German Studies Electives

Electives for the German program are divided into courses taught in German and courses taught in English translation. This approach allows students to study German literature and culture at an advanced level without having to first reach full fluency in the language. Those who pursue the German major are encouraged to take as many of their upper-level courses in German as possible.

Fall '14 Cross-Listed Courses

ECS 100A: European Cultural Studies Proseminar: Modernism
Stephen Dowden

HIST 183B: Community and Alienation: Social Theory from Hegel to Freud
Mark Hulliung

HOID 100A: Introduction to Critical Theory
Patrick Gambsy

PHIL 168A: Kant
Kathleen Moran

Course descriptions and additional details are available in the Fall 2014 Schedule.


To view the complete descriptions of the courses that satisfy the requirements for the German Studies major/minor, please visit the University Bulletin.

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Fall 2014 Course Offerings

GER 10A: Beginning German
Kathrin Seidl

Intended for students with little or no previous knowledge of German. Emphasis is placed on comprehending, reading, writing, and conversing in German and the presentation of basic grammar. Class work is enhanced by various interactive classroom activities and is supplemented by extensive language lab, video, and computer-aided exercises. Usually offered every year in the fall.

GER 30A: Intermediate German
Sabine von Mering

In concluding the development of the four language speaking skills--comprehending, writing, reading, and speaking--this course focuses on finishing up the solid grammar foundation that was laid in GER 10a and GER 20b. It also presents additional audio and video material, films, radio plays, and newspaper and magazine articles, as well as a variety of extensive interactive classroom activities. Usually offered every year in the fall.

GER 121A: Der Eros und das Wort: Lyrik, Prosa, Drama
Stephen Dowden

Focuses on the prose, poetry, and drama of love in German literature since Goethe. Workes by Goethe, Kleist, Novalis, Tieck, Rilke, Hofmannsthal, Schnitzler, Treichel, and others. Usually offered every third year.

Spring 2015 Course Offerings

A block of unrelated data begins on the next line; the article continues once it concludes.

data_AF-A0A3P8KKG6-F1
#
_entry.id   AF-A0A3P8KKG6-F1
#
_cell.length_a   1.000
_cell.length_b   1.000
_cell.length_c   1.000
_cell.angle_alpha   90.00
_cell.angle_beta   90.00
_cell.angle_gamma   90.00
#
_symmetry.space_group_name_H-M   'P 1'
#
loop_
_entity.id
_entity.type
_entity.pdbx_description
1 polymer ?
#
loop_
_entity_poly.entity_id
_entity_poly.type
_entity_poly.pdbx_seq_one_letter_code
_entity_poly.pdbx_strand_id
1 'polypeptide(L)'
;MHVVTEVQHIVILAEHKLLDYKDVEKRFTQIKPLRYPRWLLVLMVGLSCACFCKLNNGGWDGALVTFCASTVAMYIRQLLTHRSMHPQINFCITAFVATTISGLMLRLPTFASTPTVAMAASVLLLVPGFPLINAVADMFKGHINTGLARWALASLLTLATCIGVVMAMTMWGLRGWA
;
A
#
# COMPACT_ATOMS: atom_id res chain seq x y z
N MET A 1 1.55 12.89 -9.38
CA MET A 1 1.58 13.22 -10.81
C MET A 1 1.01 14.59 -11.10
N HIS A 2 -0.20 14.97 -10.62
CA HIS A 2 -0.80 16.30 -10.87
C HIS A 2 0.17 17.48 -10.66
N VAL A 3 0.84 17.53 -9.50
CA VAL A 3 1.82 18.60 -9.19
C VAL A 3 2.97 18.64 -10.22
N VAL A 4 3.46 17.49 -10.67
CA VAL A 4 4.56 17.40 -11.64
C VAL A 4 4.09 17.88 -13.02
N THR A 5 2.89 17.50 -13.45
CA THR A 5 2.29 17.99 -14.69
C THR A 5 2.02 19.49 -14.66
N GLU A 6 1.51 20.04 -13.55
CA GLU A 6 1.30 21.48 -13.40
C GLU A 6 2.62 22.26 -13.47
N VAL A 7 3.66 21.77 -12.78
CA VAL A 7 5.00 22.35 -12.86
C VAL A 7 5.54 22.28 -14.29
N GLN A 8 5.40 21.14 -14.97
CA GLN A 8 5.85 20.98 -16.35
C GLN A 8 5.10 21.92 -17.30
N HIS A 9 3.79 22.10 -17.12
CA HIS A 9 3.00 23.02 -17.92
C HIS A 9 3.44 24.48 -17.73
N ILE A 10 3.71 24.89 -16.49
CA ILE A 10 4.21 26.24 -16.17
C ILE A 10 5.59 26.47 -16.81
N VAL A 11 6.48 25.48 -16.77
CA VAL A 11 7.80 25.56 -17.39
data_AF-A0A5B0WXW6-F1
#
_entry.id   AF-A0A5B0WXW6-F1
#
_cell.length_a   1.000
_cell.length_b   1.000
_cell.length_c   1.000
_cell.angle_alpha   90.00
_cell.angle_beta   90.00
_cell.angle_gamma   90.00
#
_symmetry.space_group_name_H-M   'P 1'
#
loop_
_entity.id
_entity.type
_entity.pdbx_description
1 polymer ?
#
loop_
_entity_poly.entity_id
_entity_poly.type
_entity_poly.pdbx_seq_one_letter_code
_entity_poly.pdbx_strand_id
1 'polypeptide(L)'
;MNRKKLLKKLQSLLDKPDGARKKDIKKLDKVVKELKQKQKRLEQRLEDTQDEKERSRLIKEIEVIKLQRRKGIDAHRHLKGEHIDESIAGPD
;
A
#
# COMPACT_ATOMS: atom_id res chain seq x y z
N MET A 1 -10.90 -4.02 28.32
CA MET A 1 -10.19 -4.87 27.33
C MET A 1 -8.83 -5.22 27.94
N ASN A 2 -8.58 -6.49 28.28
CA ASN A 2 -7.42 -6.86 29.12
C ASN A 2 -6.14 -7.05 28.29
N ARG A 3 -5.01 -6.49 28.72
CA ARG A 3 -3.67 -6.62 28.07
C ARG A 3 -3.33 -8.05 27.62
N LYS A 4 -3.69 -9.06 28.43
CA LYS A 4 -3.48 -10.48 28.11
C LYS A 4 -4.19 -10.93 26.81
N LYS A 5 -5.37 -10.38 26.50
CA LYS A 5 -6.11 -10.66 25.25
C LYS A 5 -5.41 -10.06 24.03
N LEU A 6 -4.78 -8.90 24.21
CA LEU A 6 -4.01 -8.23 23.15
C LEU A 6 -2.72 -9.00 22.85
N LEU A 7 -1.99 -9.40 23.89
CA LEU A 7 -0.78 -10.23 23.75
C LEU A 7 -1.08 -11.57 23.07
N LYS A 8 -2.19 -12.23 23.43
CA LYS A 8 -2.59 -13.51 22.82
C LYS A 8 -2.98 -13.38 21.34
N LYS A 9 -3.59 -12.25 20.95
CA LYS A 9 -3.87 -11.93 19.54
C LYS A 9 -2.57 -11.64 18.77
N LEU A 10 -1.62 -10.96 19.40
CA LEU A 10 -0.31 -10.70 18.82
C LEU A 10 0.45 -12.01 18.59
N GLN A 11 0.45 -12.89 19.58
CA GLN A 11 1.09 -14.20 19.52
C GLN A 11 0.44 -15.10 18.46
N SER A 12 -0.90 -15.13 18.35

GER 20B: Continuing German
Kathrin Seidl

Continuation of comprehending, reading, writing, and conversing in German, with an emphasis on basic grammar concepts. Special attention is paid to the development of speaking skills in the context of cultural topics of the German-speaking countries. Extensive language lab, video, and computer-aided exercises supplement this course. Usually offered every year in the spring.

GER 103A: German Culture Through Film
Kathrin Seidl

Approaches an understanding of contemporary German culture through film by focusing on one of the most fascinating and turbulent of national cinemas. Landmark films from the 1920s to the present and pertinent essays, articles and studies will provide a historical perspective on decisive social and cultural phenomena. Major themes include Vergangenheitsbewältigung, multi-ethnic societies, terrorism, life in the GDR, and cultural trends at the beginning of the 21st century. Usually offered every second year.

GECS 130B: The Princess and the Golem: Fairy Tales
Sabine von Mering

An introduction to the genre of fairy tale in German literature, focusing especially on the narratives collected by Jakob and Wilhelm Grimm, but also exploring the Kunstmärchen and calendar stories composed by German writers from Romanticism into the twentieth century. Usually offered every third year.

GECS 188B: Human/Nature: European Perspectives on Climate Change
Sabine von Mering

Investigates the role of ethics and aesthetics in European climate change discourses from its beginnings in European Romanticism through a look at global connections to contemporary science fiction and computer games. Usually offered every second year.